will pardon me for sending an officer into your department on that duty. The interest of the service seems to me to require it. Captain Robinson is an accomplished engineer, and he will, of course, not interfere with any one you may have sent on the same duty.
Very respectfully, &c.,
BRISTOL, VIA ABINGDON, January 1, 1863. [Received at Dublin, January 1.]
Major General SAMUEL JONES:
GENERAL: The enemy burned the Watauga Bridge last night, according to report, and to-day has crossed the Holston to the neighborhood of Blountsville, 10 miles from this place. I have commenced a move on Blountsville at dusk to-night, and, though my force is inferior, will bring him to action, if I can. I arrested the telegraphic operator here, and have to send this by courier to Abingdon.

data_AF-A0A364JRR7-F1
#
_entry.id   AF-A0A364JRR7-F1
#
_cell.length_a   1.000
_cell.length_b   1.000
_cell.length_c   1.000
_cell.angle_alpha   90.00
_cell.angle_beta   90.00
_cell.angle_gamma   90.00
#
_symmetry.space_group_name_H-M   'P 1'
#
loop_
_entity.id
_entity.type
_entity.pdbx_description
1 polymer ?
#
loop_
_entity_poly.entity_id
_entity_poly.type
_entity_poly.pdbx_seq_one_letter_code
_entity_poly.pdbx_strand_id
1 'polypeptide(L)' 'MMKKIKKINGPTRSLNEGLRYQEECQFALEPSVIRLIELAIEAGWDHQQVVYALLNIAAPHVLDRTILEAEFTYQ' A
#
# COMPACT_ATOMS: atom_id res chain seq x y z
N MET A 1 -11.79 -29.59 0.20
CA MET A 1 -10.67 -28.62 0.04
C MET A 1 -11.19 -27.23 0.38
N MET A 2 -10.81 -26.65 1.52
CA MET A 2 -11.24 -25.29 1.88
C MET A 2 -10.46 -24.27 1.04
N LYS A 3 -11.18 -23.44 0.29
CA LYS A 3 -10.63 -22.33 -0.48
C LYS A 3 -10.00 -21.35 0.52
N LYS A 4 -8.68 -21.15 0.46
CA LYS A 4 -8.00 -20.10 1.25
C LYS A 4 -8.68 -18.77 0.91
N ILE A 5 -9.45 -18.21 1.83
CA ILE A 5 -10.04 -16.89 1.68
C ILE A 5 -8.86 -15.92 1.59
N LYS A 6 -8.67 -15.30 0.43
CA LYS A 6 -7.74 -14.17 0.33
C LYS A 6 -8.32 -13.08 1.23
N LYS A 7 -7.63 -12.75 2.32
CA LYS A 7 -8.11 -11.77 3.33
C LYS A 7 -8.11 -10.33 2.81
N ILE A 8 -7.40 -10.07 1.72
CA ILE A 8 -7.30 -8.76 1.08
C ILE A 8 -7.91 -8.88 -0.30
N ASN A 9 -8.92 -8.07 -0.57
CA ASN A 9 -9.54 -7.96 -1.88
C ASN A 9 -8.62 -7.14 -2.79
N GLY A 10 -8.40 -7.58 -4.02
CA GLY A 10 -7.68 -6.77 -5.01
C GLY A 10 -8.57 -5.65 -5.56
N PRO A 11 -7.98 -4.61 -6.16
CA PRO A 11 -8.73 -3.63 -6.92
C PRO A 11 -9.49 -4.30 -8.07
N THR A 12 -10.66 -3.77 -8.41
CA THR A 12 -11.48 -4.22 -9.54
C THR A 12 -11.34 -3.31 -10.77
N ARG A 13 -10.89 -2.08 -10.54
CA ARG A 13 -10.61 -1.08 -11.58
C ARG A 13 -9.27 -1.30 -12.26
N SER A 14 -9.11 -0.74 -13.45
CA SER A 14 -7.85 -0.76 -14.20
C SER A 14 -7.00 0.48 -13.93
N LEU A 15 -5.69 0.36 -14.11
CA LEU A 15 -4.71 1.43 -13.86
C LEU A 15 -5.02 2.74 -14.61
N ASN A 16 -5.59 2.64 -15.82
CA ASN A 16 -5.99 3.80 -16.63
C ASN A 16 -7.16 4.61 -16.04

BRISTOL, VIA ABINGDON, January 1, 1863. [Received at Dublin, January 1-9 p.m.]
General SAMUEL JONES:
Enemy, 2,000 strong, has commenced retreat to-night, by way of Moccasin Gap. I have 1,000 in full pursuit, 800 infantry and four pieces of artillery following; will do all in man's power to overhaul him before he crosses the Kentucky line.
MURFREESBOROUGH, TENN., January 2, 1863.
General S. COOPER:
The expedition under Forrest has fully accomplished its object. The railroads in West Tennessee are broken in various places. Large amounts of stores destroyed, many arms captured, and 1,200 prisoners paroled.* Morgan has also done his work, but the full effect is not known. The enemy in Tennessee and Mississippi are without railroad and telegraphic communication with their Government.
JACKSON, January 2, 1863.
General BRAGG, Murfreesborough:
I congratulate you upon the success which has attended all your operations. Press them vigorously I want Forrest and Roddey on this side of the Tennessee. Direct them to send to me for orders.
J. E. JOHNSTON,
*See Series I, Vol. XVII, Part I, p.593.